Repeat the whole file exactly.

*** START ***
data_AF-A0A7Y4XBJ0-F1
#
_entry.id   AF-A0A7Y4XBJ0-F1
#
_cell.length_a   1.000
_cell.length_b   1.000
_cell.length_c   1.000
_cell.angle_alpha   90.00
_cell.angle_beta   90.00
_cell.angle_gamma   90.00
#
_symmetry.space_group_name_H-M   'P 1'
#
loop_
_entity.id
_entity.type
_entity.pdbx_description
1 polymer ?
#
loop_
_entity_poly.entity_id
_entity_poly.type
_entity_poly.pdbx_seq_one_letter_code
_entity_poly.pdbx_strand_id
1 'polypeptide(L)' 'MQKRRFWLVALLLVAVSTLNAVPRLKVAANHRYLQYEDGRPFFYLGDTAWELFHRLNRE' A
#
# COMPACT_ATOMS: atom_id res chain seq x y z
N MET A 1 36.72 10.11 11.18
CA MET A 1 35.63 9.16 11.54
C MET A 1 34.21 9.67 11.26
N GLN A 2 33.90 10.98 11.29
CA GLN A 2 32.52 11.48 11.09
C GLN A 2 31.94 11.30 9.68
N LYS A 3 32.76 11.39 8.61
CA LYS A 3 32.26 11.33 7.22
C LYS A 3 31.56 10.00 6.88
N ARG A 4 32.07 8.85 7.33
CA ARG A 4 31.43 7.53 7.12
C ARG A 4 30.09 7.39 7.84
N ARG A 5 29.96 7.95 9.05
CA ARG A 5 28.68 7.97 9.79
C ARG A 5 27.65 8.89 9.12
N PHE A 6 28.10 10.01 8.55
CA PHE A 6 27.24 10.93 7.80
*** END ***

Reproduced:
data_AF-A0A7Y4XBJ0-F1
#
_entry.id   AF-A0A7Y4XBJ0-F1
#
_cell.length_a   1.000
_cell.length_b   1.000
_cell.length_c   1.000
_cell.angle_alpha   90.00
_cell.angle_beta   90.00
_cell.angle_gamma   90.00
#
_symmetry.space_group_name_H-M   'P 1'
#
loop_
_entity.id
_entity.type
_entity.pdbx_description
1 polymer ?
#
loop_
_entity_poly.entity_id
_entity_poly.type
_entity_poly.pdbx_seq_one_letter_code
_entity_poly.pdbx_strand_id
1 'polypeptide(L)' 'MQKRRFWLVALLLVAVSTLNAVPRLKVAANHRYLQYEDGRPFFYLGDTAWELFHRLNRE' A
#
# COMPACT_ATOMS: atom_id res chain seq x y z
N MET A 1 36.72 10.11 11.18
CA MET A 1 35.63 9.16 11.54
C MET A 1 34.21 9.67 11.26
N GLN A 2 33.90 10.98 11.29
CA GLN A 2 32.52 11.48 11.09
C GLN A 2 31.94 11.30 9.68
N LYS A 3 32.76 11.39 8.61
CA LYS A 3 32.26 11.33 7.22
C LYS A 3 31.56 10.00 6.88
N ARG A 4 32.07 8.85 7.33
CA ARG A 4 31.43 7.53 7.12
C ARG A 4 30.09 7.39 7.84
N ARG A 5 29.96 7.95 9.05
CA ARG A 5 28.68 7.97 9.79
C ARG A 5 27.65 8.89 9.12
N PHE A 6 28.10 10.01 8.55
CA PHE A 6 27.24 10.93 7.80